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Volatility – how far will price move in a particular direction? Momentum – how many times will price range before breaking out?

(Last Updated On: October 21, 2011)

Volatility – how far will price move in a particular direction? Momentum – how many times will price range before breaking out? Probability – when will the inevitable breakout occur?

As a technical analyst, I am always researching more accurate ways of measuring these 3 factors which I believe drive the FX markets. For those who agree with me, what approach/TA tools best measure these, separately or in tandem?

3 factors which drive fx market are import/export companies changing currencies, major banks trading for their portfolios and their clients, and lots of bucketshops hedging their net positions. Momentums, breakouts and other technical things are only attempts to formalize repeating patterns coming out of those above mentioned 3 factors. Do not confuse the cause with the consequences.

 

You do not necessarily need to know the cause to exploit the consequence. At the end of the day, the supply and demand battle takes place on the charts. Sometimes, less is more…

 

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There are many definitions of the 3 concepts – Volatility, Momentum and Probability (Eventuality), which is why I explained them in my own words. Yes, they do not “drive” the markets, but my paradigm is that the move of the markets, once they are driven, can be defined using these parameters. So, are there other parameters that I may have left out?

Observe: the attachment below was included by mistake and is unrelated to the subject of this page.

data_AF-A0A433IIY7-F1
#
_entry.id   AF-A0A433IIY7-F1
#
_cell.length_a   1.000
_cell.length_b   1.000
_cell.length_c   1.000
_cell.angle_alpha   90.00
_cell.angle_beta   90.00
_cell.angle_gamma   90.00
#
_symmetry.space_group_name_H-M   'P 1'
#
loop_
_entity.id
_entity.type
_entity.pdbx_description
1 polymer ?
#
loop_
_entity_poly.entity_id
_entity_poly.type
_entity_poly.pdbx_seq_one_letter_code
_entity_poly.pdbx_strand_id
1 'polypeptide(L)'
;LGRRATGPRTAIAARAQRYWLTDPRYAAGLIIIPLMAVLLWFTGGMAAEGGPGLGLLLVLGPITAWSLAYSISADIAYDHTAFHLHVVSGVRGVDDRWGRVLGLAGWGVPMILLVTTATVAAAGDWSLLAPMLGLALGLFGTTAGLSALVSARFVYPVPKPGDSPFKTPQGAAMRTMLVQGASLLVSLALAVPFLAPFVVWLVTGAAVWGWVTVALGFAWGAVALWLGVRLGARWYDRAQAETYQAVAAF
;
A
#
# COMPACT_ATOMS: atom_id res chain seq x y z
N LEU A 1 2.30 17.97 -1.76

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I doubt if you can exploit the consequences of, say, BMW or Toyota trading
euro for yen to simply pay their counteragents in EU or Japan. Or can you?

As to “parameters” you mention — there are price, time and volume (traded
and in the order book). For several types of instruments there is also open
interest. That’s all. Everything else is a derivative of any sort, which
can be used for describing market events of any sort, but not vice versa.

Have you ever pondered upon the fact that the absolute majority of authors
play with terms like “momentum” and “volatility” without any formal
definition of the terms? That they prefer to use “intuitively clear” terms
like “trend” with a good deal of arbitrariness in their usage?

 

I struggled with the application of volatility and momentum for many years. It got me nowhere. Ultimately the market is a random series of events made by very large players. My solution to understanding what was happening was to take a 1M chart and overlay it upon a 1H block (I started with Syd open as 1H block #1). It soon became obvious which blocks and which parts of the block the market-movers preferred. It also highlighted the idea that randomness was limited in that price runs (up or down) occured within the same group of 1H blocks.

I then overlayed (or tried to) the daily routines of fund managers onto each of these blocks to try to get a picture of why price jumped as it did. Such analysis gives you the obvious trading hours (open/close of Sydney, Tky, Frankfurt spike, London open/close, NY open/close). It also hints at times when something may happen (or not). There are also strong moves following news announcements. At the very least you get times when you can switch off/backup or modify your code.

All of this was easily coded. My explanation probably has some strategy or formal theory that has already been provided in threads. However after looking through threads for a long time I found it easier to develop the system from first principals rather than try to translate existing language/stuff.

 

 

NOTE I now post my TRADING ALERTS into my personal FACEBOOK ACCOUNT and TWITTER. Don't worry as I don't post stupid cat videos or what I eat!

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